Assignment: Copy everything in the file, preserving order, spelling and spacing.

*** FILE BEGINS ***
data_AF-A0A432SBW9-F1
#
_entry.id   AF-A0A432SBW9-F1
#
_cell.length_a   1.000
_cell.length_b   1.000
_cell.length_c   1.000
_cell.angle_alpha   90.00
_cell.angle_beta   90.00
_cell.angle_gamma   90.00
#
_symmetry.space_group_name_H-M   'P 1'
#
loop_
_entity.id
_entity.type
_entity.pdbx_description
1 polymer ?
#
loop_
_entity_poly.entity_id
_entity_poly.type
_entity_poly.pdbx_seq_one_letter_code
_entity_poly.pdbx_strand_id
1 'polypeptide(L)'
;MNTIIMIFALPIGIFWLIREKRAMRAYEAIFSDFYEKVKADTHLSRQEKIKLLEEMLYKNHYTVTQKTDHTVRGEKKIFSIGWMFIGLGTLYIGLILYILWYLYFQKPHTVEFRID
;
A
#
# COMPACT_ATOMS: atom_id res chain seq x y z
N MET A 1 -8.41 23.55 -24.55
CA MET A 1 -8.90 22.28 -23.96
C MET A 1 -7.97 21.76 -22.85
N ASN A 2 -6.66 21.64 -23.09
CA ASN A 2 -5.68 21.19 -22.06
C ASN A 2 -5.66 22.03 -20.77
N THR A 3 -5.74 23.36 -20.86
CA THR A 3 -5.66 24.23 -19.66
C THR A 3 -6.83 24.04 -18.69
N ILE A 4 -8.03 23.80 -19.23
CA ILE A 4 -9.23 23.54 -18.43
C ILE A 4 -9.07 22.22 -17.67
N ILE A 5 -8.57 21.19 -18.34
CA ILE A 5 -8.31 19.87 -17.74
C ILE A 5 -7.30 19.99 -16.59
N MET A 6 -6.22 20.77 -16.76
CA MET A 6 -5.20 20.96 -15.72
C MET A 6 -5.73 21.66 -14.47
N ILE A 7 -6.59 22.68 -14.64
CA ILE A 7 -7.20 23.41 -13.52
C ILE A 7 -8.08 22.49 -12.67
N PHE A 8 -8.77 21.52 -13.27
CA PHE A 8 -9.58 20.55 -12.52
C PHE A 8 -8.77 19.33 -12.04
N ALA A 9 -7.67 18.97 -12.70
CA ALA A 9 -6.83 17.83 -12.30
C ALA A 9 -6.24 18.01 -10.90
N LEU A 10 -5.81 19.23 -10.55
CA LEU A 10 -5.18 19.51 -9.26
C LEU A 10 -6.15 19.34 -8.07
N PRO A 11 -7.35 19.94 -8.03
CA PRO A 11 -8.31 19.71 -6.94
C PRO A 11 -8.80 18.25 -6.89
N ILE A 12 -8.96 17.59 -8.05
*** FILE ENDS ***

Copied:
data_AF-A0A432SBW9-F1
#
_entry.id   AF-A0A432SBW9-F1
#
_cell.length_a   1.000
_cell.length_b   1.000
_cell.length_c   1.000
_cell.angle_alpha   90.00
_cell.angle_beta   90.00
_cell.angle_gamma   90.00
#
_symmetry.space_group_name_H-M   'P 1'
#
loop_
_entity.id
_entity.type
_entity.pdbx_description
1 polymer ?
#
loop_
_entity_poly.entity_id
_entity_poly.type
_entity_poly.pdbx_seq_one_letter_code
_entity_poly.pdbx_strand_id
1 'polypeptide(L)'
;MNTIIMIFALPIGIFWLIREKRAMRAYEAIFSDFYEKVKADTHLSRQEKIKLLEEMLYKNHYTVTQKTDHTVRGEKKIFSIGWMFIGLGTLYIGLILYILWYLYFQKPHTVEFRID
;
A
#
# COMPACT_ATOMS: atom_id res chain seq x y z
N MET A 1 -8.41 23.55 -24.55
CA MET A 1 -8.90 22.28 -23.96
C MET A 1 -7.97 21.76 -22.85
N ASN A 2 -6.66 21.64 -23.09
CA ASN A 2 -5.68 21.19 -22.06
C ASN A 2 -5.66 22.03 -20.77
N THR A 3 -5.74 23.36 -20.86
CA THR A 3 -5.66 24.23 -19.66
C THR A 3 -6.83 24.04 -18.69
N ILE A 4 -8.03 23.80 -19.23
CA ILE A 4 -9.23 23.54 -18.43
C ILE A 4 -9.07 22.22 -17.67
N ILE A 5 -8.57 21.19 -18.34
CA ILE A 5 -8.31 19.87 -17.74
C ILE A 5 -7.30 19.99 -16.59
N MET A 6 -6.22 20.77 -16.76
CA MET A 6 -5.20 20.96 -15.72
C MET A 6 -5.73 21.66 -14.47
N ILE A 7 -6.59 22.68 -14.64
CA ILE A 7 -7.20 23.41 -13.52
C ILE A 7 -8.08 22.49 -12.67
N PHE A 8 -8.77 21.52 -13.27
CA PHE A 8 -9.58 20.55 -12.52
C PHE A 8 -8.77 19.33 -12.04
N ALA A 9 -7.67 18.97 -12.70
CA ALA A 9 -6.83 17.83 -12.30
C ALA A 9 -6.24 18.01 -10.90
N LEU A 10 -5.81 19.23 -10.55
CA LEU A 10 -5.18 19.51 -9.26
C LEU A 10 -6.15 19.34 -8.07
N PRO A 11 -7.35 19.94 -8.03
CA PRO A 11 -8.31 19.71 -6.94
C PRO A 11 -8.80 18.25 -6.89
N ILE A 12 -8.96 17.59 -8.05